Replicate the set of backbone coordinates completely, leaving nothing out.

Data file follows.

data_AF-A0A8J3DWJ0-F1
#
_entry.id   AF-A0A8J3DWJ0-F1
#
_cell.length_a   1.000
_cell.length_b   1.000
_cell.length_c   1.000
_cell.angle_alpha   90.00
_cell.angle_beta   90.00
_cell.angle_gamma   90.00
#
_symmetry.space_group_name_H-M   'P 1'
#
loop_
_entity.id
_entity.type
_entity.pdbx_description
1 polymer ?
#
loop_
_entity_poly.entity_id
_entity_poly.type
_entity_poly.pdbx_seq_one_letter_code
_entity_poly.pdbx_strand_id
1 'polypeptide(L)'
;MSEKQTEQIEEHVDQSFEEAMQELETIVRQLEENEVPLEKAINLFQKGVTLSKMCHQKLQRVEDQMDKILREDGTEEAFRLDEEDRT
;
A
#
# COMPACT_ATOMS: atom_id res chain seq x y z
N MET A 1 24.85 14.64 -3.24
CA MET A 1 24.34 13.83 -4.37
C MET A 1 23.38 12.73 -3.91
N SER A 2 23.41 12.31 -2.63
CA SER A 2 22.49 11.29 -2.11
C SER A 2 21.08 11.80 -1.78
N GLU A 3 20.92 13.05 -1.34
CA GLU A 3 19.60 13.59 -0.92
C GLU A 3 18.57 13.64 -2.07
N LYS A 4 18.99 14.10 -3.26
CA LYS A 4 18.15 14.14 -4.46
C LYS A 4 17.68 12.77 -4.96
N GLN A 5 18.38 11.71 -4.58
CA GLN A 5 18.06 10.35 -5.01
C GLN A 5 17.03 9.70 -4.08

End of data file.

data_AF-A0A8J3DWJ0-F1
#
_entry.id   AF-A0A8J3DWJ0-F1
#
_cell.length_a   1.000
_cell.length_b   1.000
_cell.length_c   1.000
_cell.angle_alpha   90.00
_cell.angle_beta   90.00
_cell.angle_gamma   90.00
#
_symmetry.space_group_name_H-M   'P 1'
#
loop_
_entity.id
_entity.type
_entity.pdbx_description
1 polymer ?
#
loop_
_entity_poly.entity_id
_entity_poly.type
_entity_poly.pdbx_seq_one_letter_code
_entity_poly.pdbx_strand_id
1 'polypeptide(L)'
;MSEKQTEQIEEHVDQSFEEAMQELETIVRQLEENEVPLEKAINLFQKGVTLSKMCHQKLQRVEDQMDKILREDGTEEAFRLDEEDRT
;
A
#
# COMPACT_ATOMS: atom_id res chain seq x y z
N MET A 1 24.85 14.64 -3.24
CA MET A 1 24.34 13.83 -4.37
C MET A 1 23.38 12.73 -3.91
N SER A 2 23.41 12.31 -2.63
CA SER A 2 22.49 11.29 -2.11
C SER A 2 21.08 11.80 -1.78
N GLU A 3 20.92 13.05 -1.34
CA GLU A 3 19.60 13.59 -0.92
C GLU A 3 18.57 13.64 -2.07
N LYS A 4 18.99 14.10 -3.26
CA LYS A 4 18.15 14.14 -4.46
C LYS A 4 17.68 12.77 -4.96
N GLN A 5 18.38 11.71 -4.58
CA GLN A 5 18.06 10.35 -5.01
C GLN A 5 17.03 9.70 -4.08